Workplace Automation and Employment Outcomes: an Empirical Exploration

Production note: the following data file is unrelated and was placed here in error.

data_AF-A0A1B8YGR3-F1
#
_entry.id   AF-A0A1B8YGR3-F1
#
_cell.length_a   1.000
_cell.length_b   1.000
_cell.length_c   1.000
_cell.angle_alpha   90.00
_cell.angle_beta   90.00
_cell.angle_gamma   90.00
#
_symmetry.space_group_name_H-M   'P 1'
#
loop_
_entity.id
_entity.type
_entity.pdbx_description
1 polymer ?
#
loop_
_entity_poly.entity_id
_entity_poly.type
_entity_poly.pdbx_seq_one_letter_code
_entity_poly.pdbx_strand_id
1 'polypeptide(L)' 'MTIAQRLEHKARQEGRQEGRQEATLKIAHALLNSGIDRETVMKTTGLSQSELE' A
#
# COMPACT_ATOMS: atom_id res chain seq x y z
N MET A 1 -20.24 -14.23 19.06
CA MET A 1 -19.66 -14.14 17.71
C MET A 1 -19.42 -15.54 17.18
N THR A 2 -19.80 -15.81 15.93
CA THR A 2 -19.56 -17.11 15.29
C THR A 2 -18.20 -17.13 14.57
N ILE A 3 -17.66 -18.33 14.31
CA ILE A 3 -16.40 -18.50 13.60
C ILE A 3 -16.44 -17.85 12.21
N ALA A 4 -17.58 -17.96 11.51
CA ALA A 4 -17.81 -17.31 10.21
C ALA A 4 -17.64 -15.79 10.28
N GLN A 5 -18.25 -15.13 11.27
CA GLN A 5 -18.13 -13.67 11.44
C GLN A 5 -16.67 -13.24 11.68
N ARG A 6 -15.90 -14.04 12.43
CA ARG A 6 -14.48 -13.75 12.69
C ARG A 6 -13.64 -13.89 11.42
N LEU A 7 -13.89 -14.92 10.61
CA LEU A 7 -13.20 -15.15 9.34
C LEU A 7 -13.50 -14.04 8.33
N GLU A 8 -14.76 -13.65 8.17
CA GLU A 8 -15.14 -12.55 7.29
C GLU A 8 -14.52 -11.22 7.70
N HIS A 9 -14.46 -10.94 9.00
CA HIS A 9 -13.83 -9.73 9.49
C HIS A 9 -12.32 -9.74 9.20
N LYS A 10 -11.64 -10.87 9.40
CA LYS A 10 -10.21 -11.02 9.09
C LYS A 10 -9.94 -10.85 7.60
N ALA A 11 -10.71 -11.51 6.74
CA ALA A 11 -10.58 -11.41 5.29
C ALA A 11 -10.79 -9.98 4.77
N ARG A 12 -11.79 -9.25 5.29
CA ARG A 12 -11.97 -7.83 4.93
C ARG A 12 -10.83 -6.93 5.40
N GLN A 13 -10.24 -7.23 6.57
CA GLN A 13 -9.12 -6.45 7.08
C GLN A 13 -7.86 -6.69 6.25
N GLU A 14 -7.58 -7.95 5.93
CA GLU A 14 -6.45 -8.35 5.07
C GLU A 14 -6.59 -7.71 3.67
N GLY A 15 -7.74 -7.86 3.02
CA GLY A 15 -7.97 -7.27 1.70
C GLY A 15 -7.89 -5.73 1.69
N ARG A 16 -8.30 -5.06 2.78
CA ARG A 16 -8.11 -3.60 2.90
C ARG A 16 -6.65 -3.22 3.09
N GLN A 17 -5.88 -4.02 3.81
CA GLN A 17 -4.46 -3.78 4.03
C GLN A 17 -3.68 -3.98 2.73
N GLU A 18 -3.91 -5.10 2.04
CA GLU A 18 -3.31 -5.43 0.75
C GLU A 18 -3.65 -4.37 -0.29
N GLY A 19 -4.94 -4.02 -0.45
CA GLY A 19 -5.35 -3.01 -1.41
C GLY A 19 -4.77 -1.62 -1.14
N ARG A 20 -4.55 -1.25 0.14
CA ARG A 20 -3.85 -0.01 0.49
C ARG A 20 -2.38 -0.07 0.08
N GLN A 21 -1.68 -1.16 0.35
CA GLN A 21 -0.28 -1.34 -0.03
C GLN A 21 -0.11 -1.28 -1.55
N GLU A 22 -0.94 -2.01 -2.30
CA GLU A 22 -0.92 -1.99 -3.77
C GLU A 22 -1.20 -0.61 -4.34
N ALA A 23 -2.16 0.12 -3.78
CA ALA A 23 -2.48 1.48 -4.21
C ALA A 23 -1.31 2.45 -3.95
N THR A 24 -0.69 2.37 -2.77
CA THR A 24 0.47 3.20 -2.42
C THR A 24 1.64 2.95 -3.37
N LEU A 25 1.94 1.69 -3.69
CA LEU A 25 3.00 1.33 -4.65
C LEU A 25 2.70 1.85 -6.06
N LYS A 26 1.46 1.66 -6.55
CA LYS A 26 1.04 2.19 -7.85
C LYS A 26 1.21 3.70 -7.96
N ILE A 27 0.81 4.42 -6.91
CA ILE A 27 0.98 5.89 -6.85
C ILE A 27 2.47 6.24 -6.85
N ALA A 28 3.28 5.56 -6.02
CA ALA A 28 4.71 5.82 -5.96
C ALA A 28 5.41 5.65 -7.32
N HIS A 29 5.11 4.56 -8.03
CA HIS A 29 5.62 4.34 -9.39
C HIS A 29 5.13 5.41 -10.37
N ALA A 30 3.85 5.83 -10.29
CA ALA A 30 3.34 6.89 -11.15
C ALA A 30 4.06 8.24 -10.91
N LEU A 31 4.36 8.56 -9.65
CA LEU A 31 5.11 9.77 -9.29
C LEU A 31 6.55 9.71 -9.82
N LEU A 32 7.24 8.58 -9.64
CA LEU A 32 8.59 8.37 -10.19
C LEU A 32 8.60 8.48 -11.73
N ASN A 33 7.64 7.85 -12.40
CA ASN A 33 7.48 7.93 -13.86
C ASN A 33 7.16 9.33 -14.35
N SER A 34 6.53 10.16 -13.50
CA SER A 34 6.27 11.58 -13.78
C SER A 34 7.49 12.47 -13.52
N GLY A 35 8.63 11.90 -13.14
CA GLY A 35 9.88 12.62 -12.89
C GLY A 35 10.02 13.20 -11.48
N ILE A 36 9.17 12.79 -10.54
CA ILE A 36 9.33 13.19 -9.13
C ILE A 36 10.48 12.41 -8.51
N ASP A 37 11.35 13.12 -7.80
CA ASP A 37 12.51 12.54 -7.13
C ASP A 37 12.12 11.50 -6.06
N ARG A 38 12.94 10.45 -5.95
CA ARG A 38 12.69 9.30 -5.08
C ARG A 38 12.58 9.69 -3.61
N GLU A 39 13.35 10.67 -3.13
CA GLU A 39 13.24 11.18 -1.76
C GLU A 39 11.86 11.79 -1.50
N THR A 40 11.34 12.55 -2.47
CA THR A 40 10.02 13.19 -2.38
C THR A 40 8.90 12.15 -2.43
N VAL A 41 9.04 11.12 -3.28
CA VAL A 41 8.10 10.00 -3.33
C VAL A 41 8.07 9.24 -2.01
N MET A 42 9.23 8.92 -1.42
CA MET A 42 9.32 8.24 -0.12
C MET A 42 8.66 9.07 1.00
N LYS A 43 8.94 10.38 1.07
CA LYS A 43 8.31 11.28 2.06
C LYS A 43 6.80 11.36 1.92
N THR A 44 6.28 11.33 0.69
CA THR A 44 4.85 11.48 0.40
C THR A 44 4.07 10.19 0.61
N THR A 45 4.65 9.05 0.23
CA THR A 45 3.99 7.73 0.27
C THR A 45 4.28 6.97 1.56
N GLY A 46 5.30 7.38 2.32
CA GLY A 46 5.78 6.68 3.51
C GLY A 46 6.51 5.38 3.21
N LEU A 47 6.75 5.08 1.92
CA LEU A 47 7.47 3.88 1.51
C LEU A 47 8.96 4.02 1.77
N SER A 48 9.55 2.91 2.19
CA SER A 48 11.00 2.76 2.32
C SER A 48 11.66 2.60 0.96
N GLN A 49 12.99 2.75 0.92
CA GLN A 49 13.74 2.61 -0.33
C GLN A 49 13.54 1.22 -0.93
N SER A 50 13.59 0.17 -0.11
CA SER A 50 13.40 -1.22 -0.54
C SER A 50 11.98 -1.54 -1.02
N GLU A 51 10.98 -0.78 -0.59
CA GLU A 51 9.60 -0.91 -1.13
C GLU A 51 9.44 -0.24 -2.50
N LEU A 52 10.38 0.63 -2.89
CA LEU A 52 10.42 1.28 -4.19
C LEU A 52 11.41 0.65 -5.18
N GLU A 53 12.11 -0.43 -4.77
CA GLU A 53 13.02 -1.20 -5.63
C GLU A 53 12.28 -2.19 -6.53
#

AbstractI utilize longitudinal individual-level information extracted from the Panel Study of Income Dynamics (PSID) to explore how automation risk at the occupation level impacts subsequent income and employment, motivated by the contemporary surge in automation anxiety as well as by recent literature that documents the damaging aggregate employment trends attributable to the adoption of machine labor. I follow a task-based approach that explains the mechanism of automation and characterizes automation risk as a disproportionally high concentration of routine labor for a given occupation. I find counterintuitive evidence suggesting that automation risk is positively associated with income, and that a modestly elevated risk of involuntary job displacement appears to be the only meaningful negative impact of automation risk. Even after involuntarily displaced, individuals previously employed in highly automatable professions do not face negative income or employment shocks that are significantly different from those felt by workers displaced from other careers. I attempt to reconcile existing labor theory with the lack of major negative automation impacts estimated in this paper by citing the preference by employers to lay off workers rather than decrease wages, the skill substitution and complementation effects of automation, as well as the transferability of routine work experience due to the slow pace of automation. Finally, I find evidence of a reversal of the income effect of routine labor from positive in the 1980s and 1990s to a weakly negative association today, prompting additional research into the changing nature of automation.
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